Death on the Mountain
Abraham trudged across the grassy plain approaching the mountain, his heart carrying a burden heavier than the pack on Isaac's back. For three days, the words of the Lord had lingered in his mind to fuel his grief. "Take your son...." he heard with every measured step. "Your only son...." His heart twinged. "...and offer him there...." He slowed his pace as the path began to slope upward. He looked at Isaac walking beside him. So young. So healthy. So much potential to fulfill the promises of God. Why must he die? Jewish tradition calls this account in Genesis 22 the Akidah, the Binding of Isaac. Not the Offering of Isaac. Nor the Sacrifice of Isaac. But the Binding of Isaac, to stress the fact that his father bound himself to the covenant with God as he bound his son to the altar of sacrifice. What a picture of God binding Himself to His covenant with us as He bound His Son to the altar at Calvary.
Several years ago, a rabbi in Jerusalem reviewing the Akidah, discovered more than thirty points of comparison between the life of Isaac and that of Jesus. At this Easter season, I would like to share only a few of these comparisons with you. For instance, both of them were children of promise. Although Abraham and Sarah were both advanced in age, God promised them not only a child, but a son! Centuries later, God gave to Joseph of Nazareth the promise of a son as well (Matthew 1.20-21). In both cases, God even named the sons for them.
Furthermore, in both cases, the "son" was the only begotten son of his father. Of course, we know Abraham had a son by Hagar, the handmaiden of Sarah; but in the context of His promise, the Lord refused to recognize Ishmael as a son of Abraham. So, in the Akidah, He told Abraham to "Take now your son, your only son, whom you love, Isaac, and go to the land of Moriah." (Genesis 22.2) The Hebrew word He uses for "only" means unique, the only one, one of a kind. If we should still miss the significance of this, the Lord interprets it for us in the Book of Hebrews, where He says, "By faith Abraham, when he was tested, offered up Isaac; and he who had received the promises was offering up his only begotten son." (Hebrews 11.17, italics mine) The Greek word translated "only begotten" is the same one used of Jesus in John 3.16, where Jesus Himself said, "For God so loved the world, that He gave His only begotten Son...." (Italics mine).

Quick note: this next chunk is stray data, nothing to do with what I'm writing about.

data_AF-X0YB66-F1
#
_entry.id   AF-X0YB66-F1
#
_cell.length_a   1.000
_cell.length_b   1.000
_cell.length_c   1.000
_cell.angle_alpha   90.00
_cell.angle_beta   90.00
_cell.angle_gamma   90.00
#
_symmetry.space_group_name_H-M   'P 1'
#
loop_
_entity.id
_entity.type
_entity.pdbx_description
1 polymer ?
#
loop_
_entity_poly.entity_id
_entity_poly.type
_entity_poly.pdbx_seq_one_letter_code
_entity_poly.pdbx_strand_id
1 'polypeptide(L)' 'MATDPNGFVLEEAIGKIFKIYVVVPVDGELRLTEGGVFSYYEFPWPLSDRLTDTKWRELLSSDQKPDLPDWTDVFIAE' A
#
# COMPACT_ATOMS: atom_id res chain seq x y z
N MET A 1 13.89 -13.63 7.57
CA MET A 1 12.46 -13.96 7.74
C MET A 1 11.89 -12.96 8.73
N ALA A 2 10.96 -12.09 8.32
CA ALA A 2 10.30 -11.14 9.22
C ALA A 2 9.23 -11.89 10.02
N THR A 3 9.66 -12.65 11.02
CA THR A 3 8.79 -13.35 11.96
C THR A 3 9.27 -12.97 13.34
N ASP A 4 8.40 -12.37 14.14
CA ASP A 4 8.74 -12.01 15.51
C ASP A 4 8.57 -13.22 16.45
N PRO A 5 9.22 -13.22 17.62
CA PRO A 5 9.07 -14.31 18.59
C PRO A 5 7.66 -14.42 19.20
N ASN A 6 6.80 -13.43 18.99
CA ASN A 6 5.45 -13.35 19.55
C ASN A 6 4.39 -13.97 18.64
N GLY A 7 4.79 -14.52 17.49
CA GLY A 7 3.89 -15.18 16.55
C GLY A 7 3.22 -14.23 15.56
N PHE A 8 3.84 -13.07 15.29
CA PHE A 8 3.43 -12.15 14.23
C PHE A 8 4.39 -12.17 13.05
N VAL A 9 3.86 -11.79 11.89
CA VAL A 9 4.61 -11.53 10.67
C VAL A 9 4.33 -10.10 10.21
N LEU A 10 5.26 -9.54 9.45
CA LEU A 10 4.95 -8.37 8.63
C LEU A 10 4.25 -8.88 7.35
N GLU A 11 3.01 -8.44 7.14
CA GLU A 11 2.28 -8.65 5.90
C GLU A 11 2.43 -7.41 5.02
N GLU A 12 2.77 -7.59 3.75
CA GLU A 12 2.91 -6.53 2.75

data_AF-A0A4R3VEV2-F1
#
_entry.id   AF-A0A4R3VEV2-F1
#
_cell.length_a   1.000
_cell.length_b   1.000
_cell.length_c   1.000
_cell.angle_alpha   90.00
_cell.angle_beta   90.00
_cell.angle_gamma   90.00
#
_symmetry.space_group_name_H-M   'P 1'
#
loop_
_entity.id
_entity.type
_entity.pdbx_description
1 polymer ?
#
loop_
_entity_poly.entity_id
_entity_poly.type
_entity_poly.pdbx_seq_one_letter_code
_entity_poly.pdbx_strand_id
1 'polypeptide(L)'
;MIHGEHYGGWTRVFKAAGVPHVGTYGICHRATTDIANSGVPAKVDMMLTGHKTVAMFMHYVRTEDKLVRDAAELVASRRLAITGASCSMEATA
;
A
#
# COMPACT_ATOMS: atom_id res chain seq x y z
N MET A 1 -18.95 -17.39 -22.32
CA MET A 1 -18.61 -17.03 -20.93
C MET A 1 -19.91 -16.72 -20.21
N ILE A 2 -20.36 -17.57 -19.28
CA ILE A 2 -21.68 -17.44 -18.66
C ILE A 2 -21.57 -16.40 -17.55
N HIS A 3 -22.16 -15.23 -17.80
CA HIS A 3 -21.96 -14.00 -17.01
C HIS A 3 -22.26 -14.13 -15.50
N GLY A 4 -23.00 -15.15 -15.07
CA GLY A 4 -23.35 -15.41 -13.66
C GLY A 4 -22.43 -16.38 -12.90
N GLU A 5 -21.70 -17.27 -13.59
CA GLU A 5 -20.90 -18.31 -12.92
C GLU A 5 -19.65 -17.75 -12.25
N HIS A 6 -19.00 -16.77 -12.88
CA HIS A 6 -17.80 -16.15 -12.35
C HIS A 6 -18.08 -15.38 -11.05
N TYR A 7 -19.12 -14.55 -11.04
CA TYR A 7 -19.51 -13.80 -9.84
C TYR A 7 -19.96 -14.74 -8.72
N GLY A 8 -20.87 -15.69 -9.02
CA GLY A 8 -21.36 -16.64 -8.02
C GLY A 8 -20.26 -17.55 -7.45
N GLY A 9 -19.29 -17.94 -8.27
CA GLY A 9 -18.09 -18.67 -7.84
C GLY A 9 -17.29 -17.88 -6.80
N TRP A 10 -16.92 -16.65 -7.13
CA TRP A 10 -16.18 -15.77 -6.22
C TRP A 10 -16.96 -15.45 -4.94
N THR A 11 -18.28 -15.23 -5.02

In the life of these special sons, a time came for them to be offered as a sacrifice, Isaac symbolically, Jesus for real, although for Isaac, it was just as real at the time. Here, too, the similarities abound. Both were offered by their fathers. God had commanded Abraham to take his son, go to the land of Moriah, and "offer him there as a burnt offering on one of the mountains." (Genesis 22.2) For centuries, many have blamed the Jews for crucifying Jesus. Some have even blamed the Romans. They drove the spikes into His flesh. But the truth is, He was offered on the altar of sacrifice for our sins by His Father. Remember Jesus's words: "For God so loved the world that He gave His only begotten Son...."? The Father offered the Son.
Without hesitation, Isaac set out for the mount of sacrifice in obedience to his father, though he may not have known why he was going. Jesus, on the other hand, set His face steadfastly toward Jerusalem (Luke 9.51) fully knowing why He was going there. In the entire story of Isaac, there is no indication the lad even once resisted the leading of his father. In fact, when the time came, he carried the wood for the sacrifice up the mountain himself (Genesis 22.6). It was as if he carried his own sacrificial altar. How many times have we seen dramatic portrayals of the crucifixion of Jesus and not seen Him carrying the cross, His sacrificial altar, up the mountain of His sacrifice? John tells us, "They took Jesus therefore, and He went out, bearing His own cross, to the place called the Place of the Skull." (John 19.17)
When they reached the place of sacrifice, Abraham built the altar. Isaac asked "Where is the lamb?" Abraham told him God will provide Himself a lamb (cp. Genesis 22.8). And He did! Until the Lord directed Abraham's attention to the ram caught in the thicket, Isaac himself was the lamb. After building the altar, Abraham arranged the wood upon it. Then he bound his son, Isaac (the Akidah) and laid him on top of the altar. But when he raised his hand, brandishing the knife with which to slay the sacrifice, the angel of the Lord stepped in to stay his hand. When they came to Calvary, it was God who "arranged the wood" on the altar not man. The Son did not ask where is the lamb? But the Father answers. God will provide Himself a lamb in this case, too. It was God who bound His Son and laid Him upon the altar of sacrifice called the cross. God who lifted up the cross. And God who raised His hand to slay the sacrifice upon the altar. But.....but.....there was no one to stay His hand....